Wide Angle Goodness!
So let’s talk about the most interesting and hardest lens to master, the ultra wide angle. This is a fantastic lens that lets your share unique perspectives of almost any subject by cramming a whole lot of environment in a singe frame. If you are in the market for one of these follow on as I compare two of the best on the market.
By definition the ultra wide angle lenses are anything shorter that 24mm on a full frame camera and 15mm on an APS-C sized sensor.
This is half right in my opinion. The other half of this is that fisheye needs to be its own class. I consider this anything below 12mm that is where you really start to get horizon warping and that fishbowl warping becomes much more prominent.
So which lens should you get? You have a mirrorless camera and you want to get in on this ultra wide action but what is the best?! Well read on and I will answer that very question. I have narrowed it down to the two best lenses that I think really define this category for mirrorless cameras. The Sigma 14-24mm f2.8 DG DN ART Lens and the Tamron 17-28mm f/2.8 Di III RXD.
Let's talk about why these two lenses.
– Both lenses are designed for mirrorless cameras.
– Both lenses are less than $1500 US.
– Both lenses have a constant f/2.8.
– These two lenses represent the two types of folks who are shopping for an ultra wide angle lenses.
– Out of all the lenses I tested in this class these are the only two I would comfortably recommend to someone of any skill level.
Let me address the elephant in the room. Brad why not the Sony 12-24 2.8 GM? To be perfectly honest I don’t really like Sony lenses. I have rented several GM and others and they have never wowed me. PLUS that thing is $3,000 US. I bought all 3 of the lenses I currently carry for that same money.
For the rest of this comparison I am going to be using only raw un-edited photos from each lens, with some scene comparisons at the end. Each shot was setup on a tripod and the only change was which lens was mounted to the Sony A7Riii.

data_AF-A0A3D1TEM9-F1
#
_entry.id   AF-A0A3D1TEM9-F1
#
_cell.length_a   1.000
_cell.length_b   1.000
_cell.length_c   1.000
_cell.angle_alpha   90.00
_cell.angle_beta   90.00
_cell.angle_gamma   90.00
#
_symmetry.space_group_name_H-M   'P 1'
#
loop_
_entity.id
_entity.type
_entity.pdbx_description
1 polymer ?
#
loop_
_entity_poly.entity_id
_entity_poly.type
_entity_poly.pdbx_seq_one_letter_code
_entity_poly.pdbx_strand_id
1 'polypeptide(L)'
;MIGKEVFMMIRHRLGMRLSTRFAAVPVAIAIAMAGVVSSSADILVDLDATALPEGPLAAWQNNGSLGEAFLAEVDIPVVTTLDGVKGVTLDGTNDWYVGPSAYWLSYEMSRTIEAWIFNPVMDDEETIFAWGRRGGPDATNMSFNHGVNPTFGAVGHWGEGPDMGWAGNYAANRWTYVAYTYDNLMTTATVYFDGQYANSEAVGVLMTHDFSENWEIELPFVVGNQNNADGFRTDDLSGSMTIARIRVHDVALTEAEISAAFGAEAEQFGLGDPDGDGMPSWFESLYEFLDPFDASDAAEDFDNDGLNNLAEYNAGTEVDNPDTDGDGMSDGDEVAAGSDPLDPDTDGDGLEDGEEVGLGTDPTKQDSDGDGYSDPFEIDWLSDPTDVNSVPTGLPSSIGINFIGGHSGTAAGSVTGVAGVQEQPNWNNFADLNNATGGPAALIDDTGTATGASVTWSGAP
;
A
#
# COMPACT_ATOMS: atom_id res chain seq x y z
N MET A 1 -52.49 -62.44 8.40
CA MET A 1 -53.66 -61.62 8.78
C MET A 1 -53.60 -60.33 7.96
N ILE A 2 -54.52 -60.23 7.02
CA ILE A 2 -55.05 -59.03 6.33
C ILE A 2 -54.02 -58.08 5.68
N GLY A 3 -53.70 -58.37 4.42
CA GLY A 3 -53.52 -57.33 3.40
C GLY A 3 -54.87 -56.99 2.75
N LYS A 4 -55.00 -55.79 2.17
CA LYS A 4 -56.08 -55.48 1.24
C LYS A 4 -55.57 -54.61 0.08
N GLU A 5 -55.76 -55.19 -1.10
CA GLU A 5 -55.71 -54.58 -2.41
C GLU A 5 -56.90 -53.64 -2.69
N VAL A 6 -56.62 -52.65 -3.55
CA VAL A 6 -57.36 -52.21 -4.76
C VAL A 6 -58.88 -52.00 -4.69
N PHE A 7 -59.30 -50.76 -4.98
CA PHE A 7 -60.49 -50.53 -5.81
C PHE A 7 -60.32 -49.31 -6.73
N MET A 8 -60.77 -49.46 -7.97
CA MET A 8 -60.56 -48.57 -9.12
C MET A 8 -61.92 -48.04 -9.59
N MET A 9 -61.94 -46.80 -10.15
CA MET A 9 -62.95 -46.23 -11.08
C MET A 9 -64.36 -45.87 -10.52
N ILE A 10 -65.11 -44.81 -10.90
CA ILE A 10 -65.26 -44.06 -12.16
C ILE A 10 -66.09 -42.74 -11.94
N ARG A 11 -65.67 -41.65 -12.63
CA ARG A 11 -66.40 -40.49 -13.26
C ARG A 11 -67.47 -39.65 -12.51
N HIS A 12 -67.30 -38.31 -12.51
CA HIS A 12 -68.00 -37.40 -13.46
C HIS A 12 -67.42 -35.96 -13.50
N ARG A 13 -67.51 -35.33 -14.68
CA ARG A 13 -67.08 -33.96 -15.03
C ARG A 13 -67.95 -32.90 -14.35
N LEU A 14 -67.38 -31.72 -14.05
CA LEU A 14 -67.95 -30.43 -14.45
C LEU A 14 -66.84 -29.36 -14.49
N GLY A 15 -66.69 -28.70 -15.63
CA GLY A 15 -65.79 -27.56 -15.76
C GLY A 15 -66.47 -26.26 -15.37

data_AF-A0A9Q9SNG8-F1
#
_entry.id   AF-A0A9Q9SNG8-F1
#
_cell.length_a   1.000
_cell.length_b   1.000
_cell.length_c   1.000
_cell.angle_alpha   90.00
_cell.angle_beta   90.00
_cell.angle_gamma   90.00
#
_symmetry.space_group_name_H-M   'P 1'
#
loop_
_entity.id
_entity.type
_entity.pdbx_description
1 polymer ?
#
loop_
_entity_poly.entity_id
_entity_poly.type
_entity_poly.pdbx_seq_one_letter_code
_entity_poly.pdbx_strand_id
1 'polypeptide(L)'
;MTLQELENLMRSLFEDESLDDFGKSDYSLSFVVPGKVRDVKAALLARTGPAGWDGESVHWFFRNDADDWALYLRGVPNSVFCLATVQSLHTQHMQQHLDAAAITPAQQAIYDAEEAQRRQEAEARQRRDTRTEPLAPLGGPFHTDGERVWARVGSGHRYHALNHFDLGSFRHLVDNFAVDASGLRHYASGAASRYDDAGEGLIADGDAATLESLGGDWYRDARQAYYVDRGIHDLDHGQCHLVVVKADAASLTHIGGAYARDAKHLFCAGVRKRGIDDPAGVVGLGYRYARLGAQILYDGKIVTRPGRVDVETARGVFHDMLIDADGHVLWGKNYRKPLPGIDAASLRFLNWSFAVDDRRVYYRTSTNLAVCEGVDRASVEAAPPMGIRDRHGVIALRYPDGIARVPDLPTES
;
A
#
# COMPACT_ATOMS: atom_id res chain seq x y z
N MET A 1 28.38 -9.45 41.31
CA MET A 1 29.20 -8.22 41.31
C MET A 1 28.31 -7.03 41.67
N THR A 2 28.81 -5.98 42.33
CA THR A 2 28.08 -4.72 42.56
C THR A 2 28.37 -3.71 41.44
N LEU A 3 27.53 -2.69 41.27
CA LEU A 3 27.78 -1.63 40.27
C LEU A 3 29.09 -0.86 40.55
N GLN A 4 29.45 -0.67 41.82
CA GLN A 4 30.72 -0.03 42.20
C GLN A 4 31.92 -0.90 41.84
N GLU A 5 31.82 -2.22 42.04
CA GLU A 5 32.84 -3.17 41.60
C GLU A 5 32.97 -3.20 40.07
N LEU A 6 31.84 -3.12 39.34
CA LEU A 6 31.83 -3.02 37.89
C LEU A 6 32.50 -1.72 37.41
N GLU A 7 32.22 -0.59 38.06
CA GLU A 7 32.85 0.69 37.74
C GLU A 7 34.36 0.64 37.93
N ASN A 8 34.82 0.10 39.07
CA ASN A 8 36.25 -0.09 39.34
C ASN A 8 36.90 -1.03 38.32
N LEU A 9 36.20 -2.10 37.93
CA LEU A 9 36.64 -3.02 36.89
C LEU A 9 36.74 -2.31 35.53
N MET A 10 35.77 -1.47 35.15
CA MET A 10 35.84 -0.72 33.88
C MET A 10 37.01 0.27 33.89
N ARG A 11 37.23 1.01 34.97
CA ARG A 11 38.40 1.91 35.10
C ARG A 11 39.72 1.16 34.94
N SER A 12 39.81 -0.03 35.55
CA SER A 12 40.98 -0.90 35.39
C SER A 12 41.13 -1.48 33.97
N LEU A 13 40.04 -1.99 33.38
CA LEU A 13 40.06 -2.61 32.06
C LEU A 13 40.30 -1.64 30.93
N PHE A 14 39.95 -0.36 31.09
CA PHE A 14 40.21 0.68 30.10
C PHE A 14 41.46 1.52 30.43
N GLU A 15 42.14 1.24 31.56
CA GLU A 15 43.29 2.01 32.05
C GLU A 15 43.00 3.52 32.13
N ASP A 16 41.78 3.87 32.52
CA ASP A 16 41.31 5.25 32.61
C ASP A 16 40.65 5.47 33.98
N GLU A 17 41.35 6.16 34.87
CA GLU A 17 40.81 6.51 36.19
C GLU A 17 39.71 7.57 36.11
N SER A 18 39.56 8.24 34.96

For the side by side comparison I am using a plain shot of my yard that is has tall strait lines to show warp and complicated details all the way to the edge of the frame. This was shot in overcast skies for even lighting that fades from bright to dark from top to bottom.
Sigma 14-24 – $1399
At full width there is almost not warp in the strait lines of the trees. There is an almost imperceptible stretching of at the very edge of the frame which you will see below. The details deeper in the frame, from the road back, are a little softer then the Tamron and the edge details in the house are not as well defined as the Tamron.
Tamron 17-28 – $899
Fully zoomed out this lens provides great center clarity with the slightest warping in the corners. The deeper details are are much clearer when you pixel peep you can even make out the individual bricks on the base of the house in the back left. However this lens loses sharpness as you start to approach the edges of the frame.
Bottom 1/4 of the photos
Bottom 1/4 sharpness
Edge Sharpness Bottom Left Corner
The Sigma loses some detail of the further back in the image (house) some of this can be recovered in post but it is something to consider. However, edge to edge, corner to corner it can render every pixel all the was the the very edge of the frame in focus.
The Tamron is almost freakishly sharp in the middle of the frame but the focus starts to fall off pretty quickly. Even pretty far into the image (where the concrete round is) you can see the leaves are starting to lose sharpness and when you make it to the corner they are soft enough that they cannot be saved.